Women's History Month

Star Ballerina

Misty Copeland is the first African-American woman to be promoted to principal dancer at the American Ballet Theatre. She is inspiring others to follow in her steps.

January 20, 2016
HIROYUKI ITO—GETTY IMAGES

Misty Copeland dances in Giselle at the Metropolitan Opera House, in New York City.

A basketball court is an unusual place to dance ballet—or for a star ballerina to be discovered. But it was on a court at a Boys and Girls Club in San Pedro, California, that Misty Copeland took her first ballet class. She was 13 years old.

Copeland’s mother raised her and her five siblings. They moved many times and didn’t have much money. “It was a free class,” Copeland told TFK. “It was the first time I had those opportunities presented to me.”

Cynthia Bradley, a ballet teacher, wanted to reach out to young people who might not otherwise have the chance to study classical ballet. “When I was introduced to ballet,” says Copeland, “it sparked this new way of looking at things.”

Now Copeland, 33, is helping others see classical dance and ballet dancers in a new way. She is one of the first African Americans to become a principal, or top, dancer at a leading international ballet company. She is inspiring others to follow in her graceful footsteps.

Rising to Stardom

The age of 13 is late for a dancer to begin. But Copeland persevered. “I knew ballet was the thing,” she says. “I knew that’s what I wanted to do with the rest of my life.”

Bradley encouraged Copeland to take classes with her at the San Pedro Ballet School. Two years later, Copeland was accepted into a summer program with the San Francisco Ballet. By 17, she had moved to New York City to take part in special training with the American Ballet Theatre (ABT), one of the world’s leading ballet companies.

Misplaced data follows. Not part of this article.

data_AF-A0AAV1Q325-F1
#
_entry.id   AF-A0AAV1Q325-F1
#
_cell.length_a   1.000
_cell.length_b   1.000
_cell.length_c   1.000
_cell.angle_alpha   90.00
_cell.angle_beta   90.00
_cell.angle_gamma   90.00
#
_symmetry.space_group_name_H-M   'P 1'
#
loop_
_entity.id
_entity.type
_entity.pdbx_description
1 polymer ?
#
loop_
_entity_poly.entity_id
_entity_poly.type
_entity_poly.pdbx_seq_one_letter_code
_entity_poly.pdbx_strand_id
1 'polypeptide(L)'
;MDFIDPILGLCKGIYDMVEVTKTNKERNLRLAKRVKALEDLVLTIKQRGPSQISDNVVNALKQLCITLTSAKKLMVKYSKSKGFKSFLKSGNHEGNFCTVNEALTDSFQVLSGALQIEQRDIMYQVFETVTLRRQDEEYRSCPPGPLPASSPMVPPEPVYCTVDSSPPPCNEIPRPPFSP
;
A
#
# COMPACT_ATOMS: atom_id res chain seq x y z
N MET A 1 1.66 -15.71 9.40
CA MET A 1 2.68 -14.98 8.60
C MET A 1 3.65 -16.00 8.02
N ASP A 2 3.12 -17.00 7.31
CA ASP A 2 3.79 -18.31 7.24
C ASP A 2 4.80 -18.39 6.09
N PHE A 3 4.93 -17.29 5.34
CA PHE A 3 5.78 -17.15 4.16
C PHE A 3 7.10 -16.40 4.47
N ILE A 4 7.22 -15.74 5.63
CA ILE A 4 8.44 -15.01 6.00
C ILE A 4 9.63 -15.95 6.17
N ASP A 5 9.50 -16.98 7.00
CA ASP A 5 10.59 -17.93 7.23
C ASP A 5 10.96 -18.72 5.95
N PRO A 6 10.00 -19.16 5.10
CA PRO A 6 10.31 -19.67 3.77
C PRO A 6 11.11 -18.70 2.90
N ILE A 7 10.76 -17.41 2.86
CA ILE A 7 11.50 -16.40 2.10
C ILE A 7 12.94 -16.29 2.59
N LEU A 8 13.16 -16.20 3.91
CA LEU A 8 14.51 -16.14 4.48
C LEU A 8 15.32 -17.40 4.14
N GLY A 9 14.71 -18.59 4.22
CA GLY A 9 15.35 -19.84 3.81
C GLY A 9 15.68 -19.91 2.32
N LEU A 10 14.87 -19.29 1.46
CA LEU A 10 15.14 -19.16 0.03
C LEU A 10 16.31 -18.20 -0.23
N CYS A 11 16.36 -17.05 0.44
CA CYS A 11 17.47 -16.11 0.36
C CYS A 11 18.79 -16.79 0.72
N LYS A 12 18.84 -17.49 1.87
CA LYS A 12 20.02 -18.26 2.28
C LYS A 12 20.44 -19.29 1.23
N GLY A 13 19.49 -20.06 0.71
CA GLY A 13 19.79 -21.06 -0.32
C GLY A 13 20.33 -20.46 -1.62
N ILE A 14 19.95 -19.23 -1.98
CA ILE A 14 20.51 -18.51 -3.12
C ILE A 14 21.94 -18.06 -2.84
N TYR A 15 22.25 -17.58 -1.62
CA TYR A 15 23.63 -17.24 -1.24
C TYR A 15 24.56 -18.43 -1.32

Breaking Boundaries

Copeland hugs a fan at an event for Project Plié. The program helps bring top ballet training to communities where it hasn’t been available.

ROSALIE O'CONNOR
Copeland hugs a fan at an event for Project Plié. The program helps bring top ballet training to communities where it hasn’t been available.

At ABT, it was clear to the muscular Copeland that her body type and skin color stood out. She was the only African-American woman in a company of 80 dancers. “For so many generations, ballerinas have been seen as these very frail, thin white women,” she says. Copeland is proud to set an example that you don’t have fit a mold to succeed. “You can create your own path,” she says. “You can be who you are. You don’t have to look like the person next to you. I think that’s important for kids to understand.”

For years, Copeland paid her dues in small roles at ABT. She bounced back after a serious injury in 2012. On June 30, 2015, Copeland was promoted. She became the first African-American woman to be a principal dancer­ in ABT’s 75-year history.

Copeland has appeared on Broadway and written books. But her work to help young dancers find their way remains center stage (see “Dancer’s Dreams”). “A part of human nature is passing down all the things that you’ve learned,” she says. “That’s how you make the world better.”


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